A Long Deferred Acqaittal.
The case of John Gardner, the erstwhile Western Australian convict, who ia probably the man referred to In a liable message published in the Melbourne Presa at having received his liberty, is one of those strange and painful histories which form tha groundwork of those real life romances which are above and beyond the powers of fiction. John Gardner began life in London as a chimney sweep while yet a boy, and followed his occupation there till be reached manhood. In 1863 or 1864 he came upon the turning point of his life in the snape of conviction of a horrible domestic murder, an event which would have wrecked the lives of the most of men. He was tried before Lord Chief Justice Cockburn for the murder of his wife and his mother, and being convicted was sentenced to death. According to his repeated statements to a Western Australian gentleman who knows him well, he was convicted on purely eireumstantial evidence, and persisted in asserting his innocence. From that time down he has Bpent the passing years in trying to convince others of his wrongful conviction. This much is certain, that the possibility of doubt of his Siilt, even after trial by a jury in the high ourt of the country, was clear enongh to turn aside the hand of the law, and on the very morning that he was to be executed for the double murder Gardner was reprieved. The London mob which had gathered to see him hanged, an execution being then a public exhibition, was infuriated at his escape. Burning with rage at the crime itself, and at the reprieve of the supposed criminal, the mob crowded round the walls of Newgate Gaol, and loudly demanded the execution of Gardner in fierce and threatening language. The cry was "Bring out the sweep," and it was evident that the mob would soon have murdered Gardner by Lynch law if they had got him. Gardner's sentence was commuted to transportation with penal servitude far the term of his natural life, and a few weeks after the reprieve he was shipped as a convict to Western Australia, turning his back on his native land, where he had spent all his savings in advertising his assertion of innocence, endeavoring to prove his statement, and obtain the remission of his sentence, which, it is telegraphed, has at last been granted to him. After some years' penal service in Western Australia he was let out on ticket of leave on account of his exceedingly good conduct. Ab a convict legally at large he once more took up the task of regaining his position in the world. He resumed his business aB a sweep, and for the last fifteen or sixteen yeais has been well known as a chimney sweep in Perth. Gardner is reputed to be an honest and industrious man. He has reared a family of children and haß a respectable wife, fle is a frequent attendant at the Church of England Cathedral, and throughout all his career in Western Australia has been to all outward appearanees thoroughly religious. Sinee he came out among the public on his release from the penal establishment at Perth his conduct as a citizen has been regarded as unimpeachable. The man must have some sound qualities to maintain him in the terrible position he has occupied, and to bear up against thete years of waiting. This is not an uncommon case, however, among Western Australian convicts, and as far as these colonies are concerned we have the recent experiences of the Mount Rennie and the Buttner cases whieh might be used as an argument against capital punishment. - The causes which have brought about John Gardner's tardy remission are not explicitly stated, and the colonies will wait with keen interest to learn what pieee of evidence has at last come to light to restore this shadowed life to honor and liberty.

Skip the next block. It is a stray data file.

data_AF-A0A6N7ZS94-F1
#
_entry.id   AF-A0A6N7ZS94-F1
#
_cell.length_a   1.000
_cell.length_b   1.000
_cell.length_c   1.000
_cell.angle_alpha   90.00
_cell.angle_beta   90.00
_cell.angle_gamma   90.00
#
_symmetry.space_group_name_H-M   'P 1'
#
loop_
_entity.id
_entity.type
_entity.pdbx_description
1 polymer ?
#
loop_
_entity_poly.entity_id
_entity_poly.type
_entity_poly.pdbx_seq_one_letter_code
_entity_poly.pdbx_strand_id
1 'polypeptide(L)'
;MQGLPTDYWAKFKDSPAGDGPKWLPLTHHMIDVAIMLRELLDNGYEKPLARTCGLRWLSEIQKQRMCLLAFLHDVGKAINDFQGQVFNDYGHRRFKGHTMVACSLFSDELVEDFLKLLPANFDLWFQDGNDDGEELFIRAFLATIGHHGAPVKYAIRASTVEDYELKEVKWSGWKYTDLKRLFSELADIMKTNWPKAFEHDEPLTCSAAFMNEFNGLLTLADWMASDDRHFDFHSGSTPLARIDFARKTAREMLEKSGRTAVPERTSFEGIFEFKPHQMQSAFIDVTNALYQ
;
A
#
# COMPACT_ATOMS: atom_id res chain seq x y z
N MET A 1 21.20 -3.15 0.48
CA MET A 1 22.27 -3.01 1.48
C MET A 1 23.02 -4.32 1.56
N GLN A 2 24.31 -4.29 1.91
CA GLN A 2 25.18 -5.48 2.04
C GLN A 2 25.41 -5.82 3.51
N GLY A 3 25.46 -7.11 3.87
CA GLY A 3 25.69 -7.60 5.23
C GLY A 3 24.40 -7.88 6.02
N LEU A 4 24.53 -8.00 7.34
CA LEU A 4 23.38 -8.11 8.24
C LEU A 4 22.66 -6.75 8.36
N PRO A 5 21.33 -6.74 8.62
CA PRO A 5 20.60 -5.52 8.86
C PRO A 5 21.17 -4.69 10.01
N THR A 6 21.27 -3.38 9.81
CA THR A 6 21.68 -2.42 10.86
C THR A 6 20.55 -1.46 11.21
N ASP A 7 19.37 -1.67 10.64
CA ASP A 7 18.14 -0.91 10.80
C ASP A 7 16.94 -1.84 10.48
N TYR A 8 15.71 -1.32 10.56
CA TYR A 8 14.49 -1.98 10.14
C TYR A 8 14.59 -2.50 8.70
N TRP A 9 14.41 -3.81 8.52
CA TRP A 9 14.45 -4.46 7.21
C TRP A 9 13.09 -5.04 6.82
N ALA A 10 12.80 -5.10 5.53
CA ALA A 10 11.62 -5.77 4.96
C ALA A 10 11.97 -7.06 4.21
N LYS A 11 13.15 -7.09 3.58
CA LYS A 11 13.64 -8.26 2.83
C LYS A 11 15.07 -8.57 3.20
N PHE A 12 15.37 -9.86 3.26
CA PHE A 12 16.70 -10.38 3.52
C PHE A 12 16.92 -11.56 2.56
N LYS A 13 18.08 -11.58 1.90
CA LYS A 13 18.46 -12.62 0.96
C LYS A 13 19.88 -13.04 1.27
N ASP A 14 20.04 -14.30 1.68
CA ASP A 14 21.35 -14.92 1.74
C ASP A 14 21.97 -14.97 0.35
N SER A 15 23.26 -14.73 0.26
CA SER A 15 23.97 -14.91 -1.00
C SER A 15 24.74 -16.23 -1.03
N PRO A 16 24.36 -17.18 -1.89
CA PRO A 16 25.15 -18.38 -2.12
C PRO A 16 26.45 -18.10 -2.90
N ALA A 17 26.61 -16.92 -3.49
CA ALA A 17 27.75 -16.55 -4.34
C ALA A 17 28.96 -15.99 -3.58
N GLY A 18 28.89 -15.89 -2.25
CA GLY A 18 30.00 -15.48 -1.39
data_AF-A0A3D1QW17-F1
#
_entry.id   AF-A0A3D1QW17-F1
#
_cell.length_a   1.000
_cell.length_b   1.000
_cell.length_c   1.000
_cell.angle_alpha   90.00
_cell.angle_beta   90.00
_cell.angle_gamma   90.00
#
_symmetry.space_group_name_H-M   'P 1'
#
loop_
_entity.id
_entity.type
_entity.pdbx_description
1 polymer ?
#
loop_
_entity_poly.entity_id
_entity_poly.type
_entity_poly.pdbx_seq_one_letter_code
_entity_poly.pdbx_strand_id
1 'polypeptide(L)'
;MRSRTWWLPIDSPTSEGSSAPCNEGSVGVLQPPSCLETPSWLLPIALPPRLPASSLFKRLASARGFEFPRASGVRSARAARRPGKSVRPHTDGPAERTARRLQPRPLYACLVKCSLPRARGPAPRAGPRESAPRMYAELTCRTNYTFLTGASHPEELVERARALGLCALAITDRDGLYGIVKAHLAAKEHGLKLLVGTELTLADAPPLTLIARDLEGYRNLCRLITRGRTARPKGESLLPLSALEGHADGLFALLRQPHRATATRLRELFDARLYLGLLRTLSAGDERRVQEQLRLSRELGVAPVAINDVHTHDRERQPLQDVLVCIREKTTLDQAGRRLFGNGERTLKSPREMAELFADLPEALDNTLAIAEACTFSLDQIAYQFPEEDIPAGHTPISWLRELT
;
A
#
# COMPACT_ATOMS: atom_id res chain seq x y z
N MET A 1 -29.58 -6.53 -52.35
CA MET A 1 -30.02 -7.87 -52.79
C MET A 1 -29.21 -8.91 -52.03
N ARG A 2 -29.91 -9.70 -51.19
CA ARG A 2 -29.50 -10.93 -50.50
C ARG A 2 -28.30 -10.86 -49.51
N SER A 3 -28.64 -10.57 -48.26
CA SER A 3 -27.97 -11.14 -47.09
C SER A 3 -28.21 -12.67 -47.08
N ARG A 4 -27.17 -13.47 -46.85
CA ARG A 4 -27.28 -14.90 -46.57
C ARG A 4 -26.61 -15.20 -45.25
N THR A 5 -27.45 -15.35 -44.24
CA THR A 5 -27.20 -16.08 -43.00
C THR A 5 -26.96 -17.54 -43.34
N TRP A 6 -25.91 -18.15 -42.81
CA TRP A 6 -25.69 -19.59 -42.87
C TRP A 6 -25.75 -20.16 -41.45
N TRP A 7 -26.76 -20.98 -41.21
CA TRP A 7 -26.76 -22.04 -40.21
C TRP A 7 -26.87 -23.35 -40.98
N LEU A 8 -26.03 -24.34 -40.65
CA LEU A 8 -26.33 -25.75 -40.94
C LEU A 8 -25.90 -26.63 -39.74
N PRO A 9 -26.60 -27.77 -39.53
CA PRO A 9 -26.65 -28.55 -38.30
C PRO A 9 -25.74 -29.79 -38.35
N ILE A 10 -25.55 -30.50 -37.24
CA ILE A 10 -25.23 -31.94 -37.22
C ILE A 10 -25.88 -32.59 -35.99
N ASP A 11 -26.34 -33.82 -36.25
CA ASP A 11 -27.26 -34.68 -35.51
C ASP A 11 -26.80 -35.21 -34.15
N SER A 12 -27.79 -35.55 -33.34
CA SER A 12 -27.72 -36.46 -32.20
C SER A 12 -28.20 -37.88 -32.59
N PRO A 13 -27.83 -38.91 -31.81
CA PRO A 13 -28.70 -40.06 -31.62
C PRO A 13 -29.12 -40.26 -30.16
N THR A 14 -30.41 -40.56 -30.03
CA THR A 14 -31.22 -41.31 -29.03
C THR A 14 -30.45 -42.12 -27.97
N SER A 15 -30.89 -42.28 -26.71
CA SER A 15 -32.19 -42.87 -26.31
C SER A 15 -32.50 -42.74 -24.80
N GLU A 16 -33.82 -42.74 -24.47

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A Long Deferred Acqaittal., Evening Star, Issue 7932, 13 June 1889
A Long Deferred Acqaittal. Evening Star, Issue 7932, 13 June 1889
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